Hospitals paying for you to go back to school?

  1. Just curious...

    I am ADN student and I have heard that many larger hospitals/facilities pay for you to go back to school and achieve a higher degree.

    I was just wondering what the limitations are for this type of assistance, what is typical. Have any of you used hospital funded tuition reimbursement to achieve a higher degree? If so, do they make you sign a contract to work for them x amt of yrs, require you to stay in one feild, or only offer this for the next step up (for ex: in my case a BSN)

    I would love to go as high as I can go, NP or maybe all the way through medical school...
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  2. 3 Comments

  3. by   RN4NICU
    Quote from asoldierswife05
    Just curious...

    I am ADN student and I have heard that many larger hospitals/facilities pay for you to go back to school and achieve a higher degree.

    I was just wondering what the limitations are for this type of assistance, what is typical. Have any of you used hospital funded tuition reimbursement to achieve a higher degree? If so, do they make you sign a contract to work for them x amt of yrs, require you to stay in one feild, or only offer this for the next step up (for ex: in my case a BSN)

    I would love to go as high as I can go, NP or maybe all the way through medical school...
    As with everything else, the facility gets to make its own rules.

    Where I work, full time employees get a maximum of 18 semester hours per year paid for and part time employees get a maximum of 9 semester hours per year paid for. Both of them must continue working for the facility for one year after completion of the course(s) that the hospital paid for, or they must pay the hospital back. Not a good plan for someone working on their NP - our hospital doesn't employ NP's - they are employed by physician groups.

    Are you really considering med school after NP? Seems like a waste of time to me. After all, MD is not a "step above" NP. They are 2 different professions. JMO, though.
  4. by   nurse4theplanet
    Quote from RN4NICU

    Are you really considering med school after NP? Seems like a waste of time to me. After all, MD is not a "step above" NP. They are 2 different professions. JMO, though.
    My original choice would have been MD...however, being too "rich" for financial aide yet too "poor" to support myself and give such a large amt of attention to my schooling...I chose nursing (no regrets). And I have been wondering how hard it must be to transition from NP to MD because they are very, very different...it would be like having to relearn everything and look at it from the opposite perspective. But if given the opportunity I would go for it. I want to give everybit of myself to my profession and make the biggest impact I can make...albeit nursing or in another form...maybe even education. Really, I just need some guidance from those who have been out there and know firsthand what is realistic and what is not...like yourself.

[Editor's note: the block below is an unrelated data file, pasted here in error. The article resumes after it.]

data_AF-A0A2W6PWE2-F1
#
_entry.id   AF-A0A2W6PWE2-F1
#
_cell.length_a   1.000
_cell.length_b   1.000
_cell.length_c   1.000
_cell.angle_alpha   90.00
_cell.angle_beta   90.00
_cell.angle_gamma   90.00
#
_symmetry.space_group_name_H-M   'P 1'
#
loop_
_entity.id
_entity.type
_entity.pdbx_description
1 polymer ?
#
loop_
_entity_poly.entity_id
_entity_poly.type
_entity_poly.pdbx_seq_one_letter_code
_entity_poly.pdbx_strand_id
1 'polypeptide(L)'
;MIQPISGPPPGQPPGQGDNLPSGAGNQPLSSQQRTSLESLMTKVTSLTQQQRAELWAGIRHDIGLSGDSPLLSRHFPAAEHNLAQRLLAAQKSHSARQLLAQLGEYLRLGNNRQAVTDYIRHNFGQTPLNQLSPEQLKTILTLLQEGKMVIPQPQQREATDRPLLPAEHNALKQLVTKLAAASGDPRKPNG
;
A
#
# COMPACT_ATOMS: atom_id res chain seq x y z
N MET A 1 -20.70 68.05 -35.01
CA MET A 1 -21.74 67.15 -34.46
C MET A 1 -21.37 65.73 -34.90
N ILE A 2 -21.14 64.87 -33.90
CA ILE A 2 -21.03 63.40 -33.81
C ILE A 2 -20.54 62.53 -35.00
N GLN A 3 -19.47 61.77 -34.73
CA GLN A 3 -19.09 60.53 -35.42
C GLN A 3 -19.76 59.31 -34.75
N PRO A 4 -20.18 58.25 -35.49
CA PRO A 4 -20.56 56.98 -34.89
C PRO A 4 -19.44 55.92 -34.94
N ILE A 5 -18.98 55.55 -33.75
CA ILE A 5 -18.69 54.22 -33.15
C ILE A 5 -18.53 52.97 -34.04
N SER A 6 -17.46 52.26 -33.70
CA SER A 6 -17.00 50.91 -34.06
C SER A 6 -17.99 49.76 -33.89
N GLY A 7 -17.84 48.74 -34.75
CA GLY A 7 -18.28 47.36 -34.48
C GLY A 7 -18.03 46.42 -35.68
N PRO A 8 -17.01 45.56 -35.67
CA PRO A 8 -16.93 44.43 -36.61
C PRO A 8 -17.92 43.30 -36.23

5. by   RN4NICU
    Quote from asoldierswife05
    My original choice would have been MD...however, being too "rich" for financial aide yet too "poor" to support myself and give such a large amt of attention to my schooling...I chose nursing (no regrets). And I have been wondering how hard it must be to transition from NP to MD because they are very, very different...it would be like having to relearn everything and look at it from the opposite perspective. But if given the opportunity I would go for it. I want to give everybit of myself to my profession and make the biggest impact I can make...albeit nursing or in another form...maybe even education. Really, I just need some guidance from those who have been out there and know firsthand what is realistic and what is not...like yourself.
    It is certainly not impossible, many nurses have done it - but I don't know about NP's doing it. There really is no transition, per se. You would have to attend all 4 years of medical school, then complete an internship and a residency, just like people just out of college. What I meant when I said it sounded like a waste of time was that if med school is what you want to do, I would do it after the BSN. I would not go through becoming a mid-level provider first. I have considered it myself, but have decided to take the NP route instead. I do not wish to sacrifice my lifestyle to devote all my time to med school, and then to an internship and several years of residency (some nice 80+ hour weeks). The payoff in the end just does not seem worth it to me - especially these days when malpractice insurance rates are high and reimbursement is a hassle. The medical field is not what it used to be. That is for sure.

    One thing to keep in mind. If you wish to enter medical school, you need a year of general chemistry, a year of organic chemistry, a year of physics, a year of biology (all with lab) and at least year of calculus. These courses do not match most nursing curricula (we often take those courses, but not the same courses recommended for medical school admission). You will need to pick them up at some point.

    If there is anything else I can tell you or do to help, let me know. Like I said, I've researched both options quite a bit.

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